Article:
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Tamil Co-operative Homes

Once a haven for Tamil refugees, today this co-op welcomes immigrants from many countries and is considered not just an affordable stop but a permanent home.

Tamil Co-operative Homes

Tamil Co-operative Homes has gone through many changes since it was built in 1984, but it has always been a model of what a safe, inclusive and diverse community can look like at its very best. The original purpose of the co-op was to provide housing for Tamil refugees. Over the years, it has opened its doors to newly arrived immigrants from a number of countries, most recently Myanmar (Burma). Today, the largest ethnic groups represented at the co-op include members of Tamil, Burmese, Vietnamese, Filipino and Ethiopian heritage.

Co-op President Nanda Nandanakumar says that in the past, residents thought of the co-op as a first, affordable stop before establishing themselves and moving on. This perspective has changed with a new generation of members who perceive the co-op not as a stop but as home.

Nandanakumar describes the co-op as an extension of the family. “We strive to be inclusive, always. We want to make sure every individual at our co-op knows they are heard and part of our co-op.” Tamil places an importance on engaging young and older members, with education, athletics and childcare.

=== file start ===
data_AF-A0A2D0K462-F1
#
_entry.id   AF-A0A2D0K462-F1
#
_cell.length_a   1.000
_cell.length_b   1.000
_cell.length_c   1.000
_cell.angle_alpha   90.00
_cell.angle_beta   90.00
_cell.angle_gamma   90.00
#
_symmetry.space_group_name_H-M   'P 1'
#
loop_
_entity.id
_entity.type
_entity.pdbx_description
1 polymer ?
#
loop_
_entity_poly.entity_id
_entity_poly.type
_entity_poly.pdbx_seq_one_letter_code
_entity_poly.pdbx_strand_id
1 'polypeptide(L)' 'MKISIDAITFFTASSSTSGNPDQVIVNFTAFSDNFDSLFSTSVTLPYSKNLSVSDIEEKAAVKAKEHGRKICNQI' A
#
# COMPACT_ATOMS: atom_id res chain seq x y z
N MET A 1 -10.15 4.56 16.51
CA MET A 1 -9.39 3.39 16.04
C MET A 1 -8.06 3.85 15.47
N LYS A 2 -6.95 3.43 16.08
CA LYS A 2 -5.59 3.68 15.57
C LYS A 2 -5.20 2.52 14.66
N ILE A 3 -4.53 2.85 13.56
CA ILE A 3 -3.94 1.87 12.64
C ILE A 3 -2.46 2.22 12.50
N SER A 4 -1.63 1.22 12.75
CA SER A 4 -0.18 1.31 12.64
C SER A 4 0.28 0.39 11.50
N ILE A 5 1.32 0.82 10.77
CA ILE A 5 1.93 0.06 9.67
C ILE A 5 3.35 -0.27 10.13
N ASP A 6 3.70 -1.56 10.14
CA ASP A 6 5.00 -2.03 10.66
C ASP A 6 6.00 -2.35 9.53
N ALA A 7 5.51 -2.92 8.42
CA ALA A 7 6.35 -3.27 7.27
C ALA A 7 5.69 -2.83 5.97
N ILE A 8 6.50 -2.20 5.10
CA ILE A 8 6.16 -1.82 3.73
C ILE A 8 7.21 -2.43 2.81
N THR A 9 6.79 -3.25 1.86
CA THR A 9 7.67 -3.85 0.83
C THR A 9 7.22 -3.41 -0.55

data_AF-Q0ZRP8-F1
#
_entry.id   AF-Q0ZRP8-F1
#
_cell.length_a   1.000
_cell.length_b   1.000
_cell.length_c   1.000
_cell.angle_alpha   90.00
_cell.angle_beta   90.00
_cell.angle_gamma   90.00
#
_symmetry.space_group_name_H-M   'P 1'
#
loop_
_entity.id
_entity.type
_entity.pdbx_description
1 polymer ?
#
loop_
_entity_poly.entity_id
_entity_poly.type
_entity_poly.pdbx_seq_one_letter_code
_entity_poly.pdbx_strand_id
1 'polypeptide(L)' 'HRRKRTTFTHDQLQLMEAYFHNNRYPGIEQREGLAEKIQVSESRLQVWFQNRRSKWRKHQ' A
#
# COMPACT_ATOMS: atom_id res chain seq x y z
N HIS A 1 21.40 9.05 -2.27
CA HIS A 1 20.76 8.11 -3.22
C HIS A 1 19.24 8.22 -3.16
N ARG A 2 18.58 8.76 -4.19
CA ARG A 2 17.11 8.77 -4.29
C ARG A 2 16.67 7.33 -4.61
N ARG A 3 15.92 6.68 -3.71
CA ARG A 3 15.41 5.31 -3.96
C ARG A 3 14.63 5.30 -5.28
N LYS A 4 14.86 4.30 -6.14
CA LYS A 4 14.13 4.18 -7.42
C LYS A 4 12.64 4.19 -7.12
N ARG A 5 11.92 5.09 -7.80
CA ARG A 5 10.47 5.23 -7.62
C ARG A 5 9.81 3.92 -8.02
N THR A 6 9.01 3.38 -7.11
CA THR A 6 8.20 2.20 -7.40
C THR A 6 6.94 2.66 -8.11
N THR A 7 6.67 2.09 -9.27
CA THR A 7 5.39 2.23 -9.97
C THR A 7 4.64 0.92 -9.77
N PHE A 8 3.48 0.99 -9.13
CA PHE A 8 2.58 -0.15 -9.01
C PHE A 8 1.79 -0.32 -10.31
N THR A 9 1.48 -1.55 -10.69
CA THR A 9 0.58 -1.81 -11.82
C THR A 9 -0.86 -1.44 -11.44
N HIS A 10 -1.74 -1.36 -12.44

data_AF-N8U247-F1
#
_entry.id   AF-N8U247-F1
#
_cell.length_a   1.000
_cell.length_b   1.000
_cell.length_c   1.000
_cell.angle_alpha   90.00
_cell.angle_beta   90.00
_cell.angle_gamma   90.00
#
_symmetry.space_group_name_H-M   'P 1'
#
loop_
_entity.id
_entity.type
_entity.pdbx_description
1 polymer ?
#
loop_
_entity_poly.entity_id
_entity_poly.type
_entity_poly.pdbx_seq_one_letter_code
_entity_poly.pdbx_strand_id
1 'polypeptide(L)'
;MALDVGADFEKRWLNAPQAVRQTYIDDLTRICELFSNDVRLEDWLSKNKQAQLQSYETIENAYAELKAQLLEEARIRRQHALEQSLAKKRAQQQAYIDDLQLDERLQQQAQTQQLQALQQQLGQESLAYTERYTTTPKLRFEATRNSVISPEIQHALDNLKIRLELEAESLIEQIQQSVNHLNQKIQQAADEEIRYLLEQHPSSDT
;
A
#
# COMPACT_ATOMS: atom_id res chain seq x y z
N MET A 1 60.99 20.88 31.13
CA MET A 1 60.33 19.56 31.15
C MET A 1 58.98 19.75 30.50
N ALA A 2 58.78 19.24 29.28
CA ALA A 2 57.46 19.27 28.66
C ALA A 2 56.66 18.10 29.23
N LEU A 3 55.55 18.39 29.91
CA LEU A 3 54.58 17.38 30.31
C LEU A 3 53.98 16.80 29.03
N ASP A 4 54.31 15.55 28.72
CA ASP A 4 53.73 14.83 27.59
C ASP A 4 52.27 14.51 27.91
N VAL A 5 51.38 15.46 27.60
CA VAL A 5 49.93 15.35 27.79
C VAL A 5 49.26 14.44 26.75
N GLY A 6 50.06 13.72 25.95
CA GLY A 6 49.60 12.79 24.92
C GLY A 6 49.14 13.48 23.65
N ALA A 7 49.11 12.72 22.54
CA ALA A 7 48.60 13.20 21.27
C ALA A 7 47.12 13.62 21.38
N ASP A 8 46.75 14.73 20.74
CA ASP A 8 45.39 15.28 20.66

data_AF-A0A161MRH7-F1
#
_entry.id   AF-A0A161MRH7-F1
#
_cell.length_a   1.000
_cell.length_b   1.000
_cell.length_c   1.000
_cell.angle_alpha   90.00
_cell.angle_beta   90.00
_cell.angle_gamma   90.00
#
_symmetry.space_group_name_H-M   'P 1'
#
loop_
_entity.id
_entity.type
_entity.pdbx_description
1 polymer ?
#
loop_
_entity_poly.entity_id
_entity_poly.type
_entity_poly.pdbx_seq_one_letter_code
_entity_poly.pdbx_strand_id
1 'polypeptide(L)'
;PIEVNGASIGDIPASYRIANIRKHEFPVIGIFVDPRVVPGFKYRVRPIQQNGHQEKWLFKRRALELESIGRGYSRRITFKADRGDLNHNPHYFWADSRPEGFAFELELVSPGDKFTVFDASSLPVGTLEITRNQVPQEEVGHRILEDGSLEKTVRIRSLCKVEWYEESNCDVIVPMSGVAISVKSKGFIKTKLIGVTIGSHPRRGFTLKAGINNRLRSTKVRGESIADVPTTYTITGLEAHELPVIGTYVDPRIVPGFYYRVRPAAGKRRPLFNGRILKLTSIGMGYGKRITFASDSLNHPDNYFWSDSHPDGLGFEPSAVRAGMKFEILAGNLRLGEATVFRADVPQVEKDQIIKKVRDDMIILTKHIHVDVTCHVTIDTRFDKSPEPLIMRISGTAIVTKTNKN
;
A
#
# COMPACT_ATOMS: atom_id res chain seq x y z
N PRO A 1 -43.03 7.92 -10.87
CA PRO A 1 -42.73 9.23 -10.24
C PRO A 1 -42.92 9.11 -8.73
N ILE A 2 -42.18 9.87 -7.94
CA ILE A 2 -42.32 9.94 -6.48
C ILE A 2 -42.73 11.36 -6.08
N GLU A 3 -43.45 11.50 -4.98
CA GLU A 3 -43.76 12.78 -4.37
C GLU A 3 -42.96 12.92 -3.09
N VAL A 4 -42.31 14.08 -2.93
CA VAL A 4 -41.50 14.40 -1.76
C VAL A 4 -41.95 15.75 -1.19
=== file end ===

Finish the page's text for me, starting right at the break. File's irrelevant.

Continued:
The co-op encourages cross-learning of members’ cultures and serving members in their first language, fostering a real sense of friendship and kinship.

Tamil members are actively involved in activities outside their co‑op, such as at local resource centres, schools and women’s centres. The co-op also provides space for several community programs.

In 2015, Tamil won CHF Canada’s Award for Co-operative Achievement for its dedication to helping newcomers adjust to their new co-op home and to the larger community.

More recently, the co-op has added a new dimension to its diversity by electing a majority of young members to its board. All the young board members were raised in the co-op. “It was an opportunity to give back to the co-op that raised us,” says Nandanakumar.

The 2016 election drew the highest voter turnout ever, she says, and the board has received great support from members of other co-ops and from their regional federation, CHFT, which provided them with board and chair-training workshops.

Nandanakumar says that with the new board, there has been increased member engagement. She says that at Tamil, it takes at least three meetings to pass the budget – but that’s not a bad thing. Instead, it represents the desire on the part of members to really understand the process. “They want to be involved, and I think their voices are heard,” Nandanakumar says. “That’s what’s most important to us.”